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The DART project: Developing the roadmap for archaeological remote sensing in the 21st century

The DART project: Developing the roadmap for archaeological remote sensing in the 21st century

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Published by dart_project
Position piece about the DART project for Aerial Archaeology Research Group (AARG) news.
Position piece about the DART project for Aerial Archaeology Research Group (AARG) news.

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Categories:Types, Research, Science
Published by: dart_project on Mar 03, 2010
Copyright:Attribution Non-commercial


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The DART project: Developing the roadmap for archaeological remote sensingin the 21st century
Anthony Beck:a.r.beck@leeds.ac.uk , School of Computing, University of Leeds, LS2 9JT, UK Submitted to
 Aerial Archaeology Research Group (AARG) News
on 3
March 2010Aerial and geophysical survey has substantially increased our understanding of the nature anddistribution of archaeology. However, there is variable understanding of the physical, chemical, biological and environmental factors which produce the archaeological contrasts that are detected by the sensor technologies. These factors vary geographically, seasonally and throughout the day,meaning that the ability to detect features changes over time and space.
 Detection of Archaeological Residues using remote sensing Techniques
(DART) is a three year,£815,000 Science and Heritage funded initiative led by the School of Computing at the Universityof Leeds. The Science and Heritage programme is funded jointly by the Arts and HumanitiesResearch Council (AHRC: www.ahrc.ac.uk ) and the Engineering and Physical Sciences Research Council (EPSRC:www.epsrc.ac.uk ). To examine the complex problem of heritage detection DARThas attracted a consortium consisting of 25 key heritage and industry organisations and academicconsultants and researchers from the areas of computer vision, geophysics, remote sensing,knowledge engineering and soil science.Enhanced knowledge of archaeological residues is important for the long-term curation andunderstanding of a diminishing heritage. There are certain geologies and soils which can complicatethe collection and interpretation of heritage remote sensing data. In some of these 'difficult' areastraditional detection techniques have been unresponsive. DART will develop a deeper understanding of the contrast factors and detection dynamics within ‘difficult’ areas. This will allowthe identification of appropriate sensors and conditions for feature detection. The successfuldetection of features in ‘difficult’ areas will provide a more complete understanding of the heritageresource which will impact on research, management and development control.Detection techniques rely on the ability of a sensor to measure the contrast between anarchaeological residue and its immediate surroundings or matrix. Detection is influenced by manyfactors - changes in precipitation, temperature, crop stress/type, soil type and structure and landmanagement techniques. DART will increase the foundational knowledge about the remote sensingof sub-surface archaeological remains. This research will increase the understanding of howarchaeological residues can be detected and the impact that physical, chemical, biological andenvironmental processes have on the detection process.The programme of research has been designed specifically to identify contrast factors that mayallow the detection of archaeological residues (both directly and by proxy) using sensing devices.To determine contrast factors samples and measurements will be taken on and around different sub-surface archaeological features at different times of the day and year to ensure that a representativerange of conditions is covered. Field measurements will include geophysical and hyperspectralsurveys, thermal profiling, soil moisture and spectral reflectance. Laboratory analysis of sampleswill include geochemistry and particle size. Models will be developed that translate these physicalvalues into spectral, magnetic and electrical measures in order to determine detection parameters.This will allow DART to address the following research issues:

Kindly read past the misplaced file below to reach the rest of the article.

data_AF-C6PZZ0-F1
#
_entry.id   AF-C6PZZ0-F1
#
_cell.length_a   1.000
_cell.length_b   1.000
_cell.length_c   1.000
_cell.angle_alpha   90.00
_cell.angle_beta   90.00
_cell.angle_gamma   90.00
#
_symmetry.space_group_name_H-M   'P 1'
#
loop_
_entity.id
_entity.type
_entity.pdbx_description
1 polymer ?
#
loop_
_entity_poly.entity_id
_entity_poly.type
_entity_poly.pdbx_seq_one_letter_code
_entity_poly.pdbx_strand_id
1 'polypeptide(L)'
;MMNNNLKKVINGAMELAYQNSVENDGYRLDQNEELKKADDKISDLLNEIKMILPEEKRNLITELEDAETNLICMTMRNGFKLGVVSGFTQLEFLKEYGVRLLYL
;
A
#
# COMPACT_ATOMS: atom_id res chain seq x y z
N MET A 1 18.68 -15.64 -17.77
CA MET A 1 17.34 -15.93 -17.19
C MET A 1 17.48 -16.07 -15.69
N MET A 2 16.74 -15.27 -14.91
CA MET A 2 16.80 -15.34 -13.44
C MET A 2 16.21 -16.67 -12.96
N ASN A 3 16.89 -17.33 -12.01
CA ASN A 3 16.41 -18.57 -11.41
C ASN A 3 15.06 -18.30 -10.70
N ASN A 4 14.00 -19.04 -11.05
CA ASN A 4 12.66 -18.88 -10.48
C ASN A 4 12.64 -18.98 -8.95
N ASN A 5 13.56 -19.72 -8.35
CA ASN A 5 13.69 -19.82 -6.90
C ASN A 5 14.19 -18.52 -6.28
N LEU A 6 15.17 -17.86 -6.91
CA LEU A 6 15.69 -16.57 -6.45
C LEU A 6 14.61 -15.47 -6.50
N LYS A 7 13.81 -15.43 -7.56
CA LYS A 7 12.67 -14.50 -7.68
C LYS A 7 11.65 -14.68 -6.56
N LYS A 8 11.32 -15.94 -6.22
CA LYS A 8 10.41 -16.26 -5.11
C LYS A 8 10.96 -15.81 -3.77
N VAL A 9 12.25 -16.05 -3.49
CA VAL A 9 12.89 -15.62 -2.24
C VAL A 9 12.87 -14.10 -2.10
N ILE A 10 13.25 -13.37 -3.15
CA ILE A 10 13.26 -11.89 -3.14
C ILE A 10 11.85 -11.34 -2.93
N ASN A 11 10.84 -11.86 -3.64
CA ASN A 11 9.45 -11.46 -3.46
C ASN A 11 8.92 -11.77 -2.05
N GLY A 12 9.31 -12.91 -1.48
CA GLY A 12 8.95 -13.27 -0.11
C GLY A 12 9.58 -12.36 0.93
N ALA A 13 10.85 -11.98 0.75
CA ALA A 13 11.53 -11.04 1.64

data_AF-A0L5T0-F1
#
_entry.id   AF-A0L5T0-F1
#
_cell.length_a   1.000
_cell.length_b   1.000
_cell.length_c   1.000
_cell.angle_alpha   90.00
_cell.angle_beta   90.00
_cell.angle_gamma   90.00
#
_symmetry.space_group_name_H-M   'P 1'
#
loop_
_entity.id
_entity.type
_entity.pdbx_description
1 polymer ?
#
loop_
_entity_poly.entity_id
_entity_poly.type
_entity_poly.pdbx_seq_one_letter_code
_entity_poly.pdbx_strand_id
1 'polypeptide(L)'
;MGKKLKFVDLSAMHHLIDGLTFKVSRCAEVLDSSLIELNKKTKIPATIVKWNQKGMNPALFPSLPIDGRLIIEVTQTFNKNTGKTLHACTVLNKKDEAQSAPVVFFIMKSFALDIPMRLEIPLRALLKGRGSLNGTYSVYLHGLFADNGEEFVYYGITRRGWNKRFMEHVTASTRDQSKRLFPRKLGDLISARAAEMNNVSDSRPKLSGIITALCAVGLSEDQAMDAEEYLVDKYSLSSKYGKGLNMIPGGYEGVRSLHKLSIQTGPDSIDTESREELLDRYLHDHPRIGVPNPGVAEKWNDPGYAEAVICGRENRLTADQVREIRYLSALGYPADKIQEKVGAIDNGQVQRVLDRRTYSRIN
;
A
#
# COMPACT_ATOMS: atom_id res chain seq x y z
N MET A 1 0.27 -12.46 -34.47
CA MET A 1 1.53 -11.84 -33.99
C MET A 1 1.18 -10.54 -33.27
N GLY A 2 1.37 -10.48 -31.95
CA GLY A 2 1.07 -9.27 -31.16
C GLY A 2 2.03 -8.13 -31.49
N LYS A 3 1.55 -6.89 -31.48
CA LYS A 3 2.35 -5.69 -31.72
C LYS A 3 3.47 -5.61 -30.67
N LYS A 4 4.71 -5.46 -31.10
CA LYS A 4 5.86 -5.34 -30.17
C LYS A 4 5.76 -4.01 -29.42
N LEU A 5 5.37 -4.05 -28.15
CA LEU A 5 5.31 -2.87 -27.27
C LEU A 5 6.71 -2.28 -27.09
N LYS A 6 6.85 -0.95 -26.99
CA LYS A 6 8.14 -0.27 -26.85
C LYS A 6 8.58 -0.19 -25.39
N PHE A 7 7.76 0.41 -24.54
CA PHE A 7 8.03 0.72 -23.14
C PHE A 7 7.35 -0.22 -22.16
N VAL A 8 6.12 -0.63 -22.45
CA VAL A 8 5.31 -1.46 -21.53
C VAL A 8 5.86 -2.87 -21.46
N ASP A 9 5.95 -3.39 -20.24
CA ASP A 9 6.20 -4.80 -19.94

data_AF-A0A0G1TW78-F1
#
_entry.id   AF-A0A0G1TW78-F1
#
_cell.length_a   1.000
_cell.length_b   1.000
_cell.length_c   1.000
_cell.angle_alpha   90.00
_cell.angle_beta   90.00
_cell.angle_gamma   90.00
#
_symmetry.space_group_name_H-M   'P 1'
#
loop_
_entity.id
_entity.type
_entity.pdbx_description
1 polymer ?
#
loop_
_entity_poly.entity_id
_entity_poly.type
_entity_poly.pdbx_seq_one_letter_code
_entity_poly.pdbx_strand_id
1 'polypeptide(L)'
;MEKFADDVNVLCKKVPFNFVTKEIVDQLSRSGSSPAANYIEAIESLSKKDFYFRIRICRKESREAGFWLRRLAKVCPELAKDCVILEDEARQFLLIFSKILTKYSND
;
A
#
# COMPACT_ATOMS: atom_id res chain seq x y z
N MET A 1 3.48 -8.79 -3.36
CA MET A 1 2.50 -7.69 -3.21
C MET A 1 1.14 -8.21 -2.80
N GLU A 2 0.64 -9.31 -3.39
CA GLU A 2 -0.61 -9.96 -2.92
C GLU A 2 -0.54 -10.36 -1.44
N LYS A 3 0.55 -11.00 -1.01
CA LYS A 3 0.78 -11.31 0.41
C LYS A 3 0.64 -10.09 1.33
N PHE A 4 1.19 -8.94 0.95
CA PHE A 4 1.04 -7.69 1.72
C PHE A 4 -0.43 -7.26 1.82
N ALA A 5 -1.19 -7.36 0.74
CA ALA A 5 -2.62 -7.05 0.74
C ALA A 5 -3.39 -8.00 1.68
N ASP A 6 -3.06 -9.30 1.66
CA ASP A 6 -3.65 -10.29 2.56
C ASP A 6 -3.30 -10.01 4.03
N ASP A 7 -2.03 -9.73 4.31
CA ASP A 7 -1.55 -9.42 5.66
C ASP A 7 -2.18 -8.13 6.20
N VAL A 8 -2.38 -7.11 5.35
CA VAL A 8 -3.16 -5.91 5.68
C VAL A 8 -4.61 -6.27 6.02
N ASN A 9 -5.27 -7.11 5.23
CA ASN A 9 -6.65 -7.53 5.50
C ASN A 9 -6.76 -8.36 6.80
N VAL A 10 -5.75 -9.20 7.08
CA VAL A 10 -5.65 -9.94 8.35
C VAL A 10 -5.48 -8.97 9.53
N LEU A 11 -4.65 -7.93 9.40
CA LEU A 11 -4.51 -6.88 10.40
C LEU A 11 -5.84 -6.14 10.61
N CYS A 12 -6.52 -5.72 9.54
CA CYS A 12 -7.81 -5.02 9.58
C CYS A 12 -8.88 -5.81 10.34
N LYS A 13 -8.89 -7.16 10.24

What are the factors that produce archaeological contrasts?
How do these contrast processes vary over space and time?

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